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The attached article originally appeared in a well-known Hollywood fan magazine and was written by Lindbergh's pal and business partner, Major Thomas G. Lanphier (1890 - 1972).

The article concerns "the story of how one of the most ambitious movies of all times, starring America's hero, Charles Lindbergh, was not made". The story goes that in 1927, "the Lone Eagle" signed a $1,000,000.00 Hollywood contract to make a movie about the history of aviation and would not be persuaded to do otherwise by any of his flying-peers, who all tended to believe that no good could come out of it. "Slim" finally saw the light and was released from his contractual obligations by non other than William Randolph Hearst (1863 1951):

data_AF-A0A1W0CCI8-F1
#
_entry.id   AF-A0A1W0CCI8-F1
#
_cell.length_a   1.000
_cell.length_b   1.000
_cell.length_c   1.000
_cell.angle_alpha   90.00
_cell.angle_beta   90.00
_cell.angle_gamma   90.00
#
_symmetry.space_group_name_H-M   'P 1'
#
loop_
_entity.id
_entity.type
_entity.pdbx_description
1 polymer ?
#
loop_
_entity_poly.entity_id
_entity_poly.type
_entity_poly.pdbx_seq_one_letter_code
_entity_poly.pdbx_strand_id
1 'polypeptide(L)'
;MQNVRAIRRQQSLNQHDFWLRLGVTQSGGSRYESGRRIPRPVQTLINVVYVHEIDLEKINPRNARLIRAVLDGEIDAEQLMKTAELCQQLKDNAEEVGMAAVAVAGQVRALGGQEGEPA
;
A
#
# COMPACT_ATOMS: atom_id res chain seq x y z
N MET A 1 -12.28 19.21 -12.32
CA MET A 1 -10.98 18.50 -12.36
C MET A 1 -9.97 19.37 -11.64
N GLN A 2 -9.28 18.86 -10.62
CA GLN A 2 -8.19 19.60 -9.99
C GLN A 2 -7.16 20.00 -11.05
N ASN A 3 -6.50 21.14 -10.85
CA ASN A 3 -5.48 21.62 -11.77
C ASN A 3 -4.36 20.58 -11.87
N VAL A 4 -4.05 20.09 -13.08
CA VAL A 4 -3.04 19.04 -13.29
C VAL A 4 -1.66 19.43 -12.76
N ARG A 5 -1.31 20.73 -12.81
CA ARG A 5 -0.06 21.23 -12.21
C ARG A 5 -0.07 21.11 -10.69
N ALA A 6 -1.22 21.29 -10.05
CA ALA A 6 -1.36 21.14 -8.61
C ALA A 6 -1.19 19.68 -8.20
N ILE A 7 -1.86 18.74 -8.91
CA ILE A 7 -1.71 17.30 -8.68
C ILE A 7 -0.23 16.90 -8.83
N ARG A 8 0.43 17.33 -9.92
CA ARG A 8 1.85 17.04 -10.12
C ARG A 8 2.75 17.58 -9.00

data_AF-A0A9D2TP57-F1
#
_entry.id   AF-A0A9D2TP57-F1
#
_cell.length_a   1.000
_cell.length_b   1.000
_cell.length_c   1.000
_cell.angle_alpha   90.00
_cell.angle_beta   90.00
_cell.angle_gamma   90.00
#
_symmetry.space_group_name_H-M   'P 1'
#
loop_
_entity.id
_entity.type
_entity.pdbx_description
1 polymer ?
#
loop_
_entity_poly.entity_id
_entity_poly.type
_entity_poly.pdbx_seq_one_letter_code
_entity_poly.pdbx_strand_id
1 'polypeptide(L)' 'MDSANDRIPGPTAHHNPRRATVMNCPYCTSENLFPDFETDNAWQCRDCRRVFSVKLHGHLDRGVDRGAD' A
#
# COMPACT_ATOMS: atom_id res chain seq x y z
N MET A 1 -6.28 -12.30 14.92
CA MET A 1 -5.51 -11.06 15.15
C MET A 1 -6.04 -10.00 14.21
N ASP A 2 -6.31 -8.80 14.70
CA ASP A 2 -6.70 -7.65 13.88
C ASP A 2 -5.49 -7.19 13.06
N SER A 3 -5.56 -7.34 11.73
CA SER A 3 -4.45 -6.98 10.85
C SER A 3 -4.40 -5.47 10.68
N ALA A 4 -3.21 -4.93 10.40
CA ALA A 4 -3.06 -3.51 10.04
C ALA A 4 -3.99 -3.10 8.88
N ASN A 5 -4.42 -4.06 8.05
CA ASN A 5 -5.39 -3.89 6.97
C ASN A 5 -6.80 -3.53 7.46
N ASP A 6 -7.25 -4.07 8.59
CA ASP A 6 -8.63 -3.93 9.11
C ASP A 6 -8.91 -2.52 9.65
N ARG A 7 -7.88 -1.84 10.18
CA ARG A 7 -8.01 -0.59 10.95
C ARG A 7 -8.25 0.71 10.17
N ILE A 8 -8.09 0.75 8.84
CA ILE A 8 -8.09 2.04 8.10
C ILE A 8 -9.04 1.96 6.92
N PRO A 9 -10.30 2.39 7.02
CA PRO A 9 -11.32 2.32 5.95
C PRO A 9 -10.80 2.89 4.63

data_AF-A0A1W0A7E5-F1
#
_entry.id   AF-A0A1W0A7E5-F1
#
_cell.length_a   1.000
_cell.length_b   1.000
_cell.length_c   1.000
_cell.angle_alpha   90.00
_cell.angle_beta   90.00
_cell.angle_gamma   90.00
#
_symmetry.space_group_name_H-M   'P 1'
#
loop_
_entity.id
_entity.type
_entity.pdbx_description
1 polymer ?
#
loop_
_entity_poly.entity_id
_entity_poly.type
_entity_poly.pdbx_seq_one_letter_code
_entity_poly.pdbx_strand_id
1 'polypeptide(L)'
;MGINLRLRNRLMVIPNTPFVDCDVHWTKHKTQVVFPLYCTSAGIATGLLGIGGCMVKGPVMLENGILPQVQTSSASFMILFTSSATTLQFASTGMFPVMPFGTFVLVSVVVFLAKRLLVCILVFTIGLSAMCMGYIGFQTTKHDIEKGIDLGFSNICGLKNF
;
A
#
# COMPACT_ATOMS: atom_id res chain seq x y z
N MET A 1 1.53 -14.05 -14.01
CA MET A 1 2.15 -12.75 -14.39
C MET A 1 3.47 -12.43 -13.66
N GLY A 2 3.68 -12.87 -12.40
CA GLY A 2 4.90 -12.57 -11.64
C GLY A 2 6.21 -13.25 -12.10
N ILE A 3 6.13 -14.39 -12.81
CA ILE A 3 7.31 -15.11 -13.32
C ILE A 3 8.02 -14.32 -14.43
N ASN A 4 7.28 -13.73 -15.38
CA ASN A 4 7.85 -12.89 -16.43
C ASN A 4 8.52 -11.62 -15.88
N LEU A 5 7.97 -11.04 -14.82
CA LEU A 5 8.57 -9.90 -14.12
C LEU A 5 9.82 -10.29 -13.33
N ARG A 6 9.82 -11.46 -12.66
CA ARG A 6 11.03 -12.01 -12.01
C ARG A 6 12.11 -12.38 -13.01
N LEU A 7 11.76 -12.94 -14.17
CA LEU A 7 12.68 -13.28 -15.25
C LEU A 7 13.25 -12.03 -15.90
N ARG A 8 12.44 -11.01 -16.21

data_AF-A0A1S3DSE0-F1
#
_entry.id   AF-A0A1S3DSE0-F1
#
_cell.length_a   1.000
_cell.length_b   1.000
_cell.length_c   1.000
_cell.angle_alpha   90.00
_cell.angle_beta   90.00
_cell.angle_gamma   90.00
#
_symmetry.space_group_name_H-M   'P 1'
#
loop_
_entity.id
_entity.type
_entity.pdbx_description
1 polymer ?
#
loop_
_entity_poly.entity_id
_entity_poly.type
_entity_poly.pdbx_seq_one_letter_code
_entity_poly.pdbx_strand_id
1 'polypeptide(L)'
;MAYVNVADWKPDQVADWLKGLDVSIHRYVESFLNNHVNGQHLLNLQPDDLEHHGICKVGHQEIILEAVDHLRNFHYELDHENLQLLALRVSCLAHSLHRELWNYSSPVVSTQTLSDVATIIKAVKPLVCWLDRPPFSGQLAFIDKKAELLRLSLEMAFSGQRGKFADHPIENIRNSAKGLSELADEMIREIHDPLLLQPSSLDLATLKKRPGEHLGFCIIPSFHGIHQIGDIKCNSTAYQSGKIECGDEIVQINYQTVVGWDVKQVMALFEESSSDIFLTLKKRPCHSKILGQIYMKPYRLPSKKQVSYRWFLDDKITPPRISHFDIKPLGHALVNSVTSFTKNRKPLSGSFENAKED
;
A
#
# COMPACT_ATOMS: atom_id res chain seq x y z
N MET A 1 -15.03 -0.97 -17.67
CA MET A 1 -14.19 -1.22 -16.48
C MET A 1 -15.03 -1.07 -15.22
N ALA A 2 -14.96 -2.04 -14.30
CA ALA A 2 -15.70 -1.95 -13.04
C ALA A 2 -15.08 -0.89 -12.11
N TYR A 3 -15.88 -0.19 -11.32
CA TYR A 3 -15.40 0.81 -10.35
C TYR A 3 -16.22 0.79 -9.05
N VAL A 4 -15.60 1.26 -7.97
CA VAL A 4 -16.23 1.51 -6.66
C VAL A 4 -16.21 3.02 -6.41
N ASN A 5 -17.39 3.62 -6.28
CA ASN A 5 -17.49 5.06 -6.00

"Mr. Hearst asked no questions... He brought out the contract and tore it up in Lindbergh's presence."
"You are as much a hero to me, as to anyone else in the world..."

It was a sad day when Lindbergh found common-cause with European fascists - click here to read about that period in his life...

Click here to read more articles
from Photoplay Magazine.

     



Lindbergh's Movie Contract (Photoplay Magazine, 1939)

Lindbergh's Movie Contract (Photoplay Magazine, 1939)

Lindbergh's Movie Contract (Photoplay Magazine, 1939)

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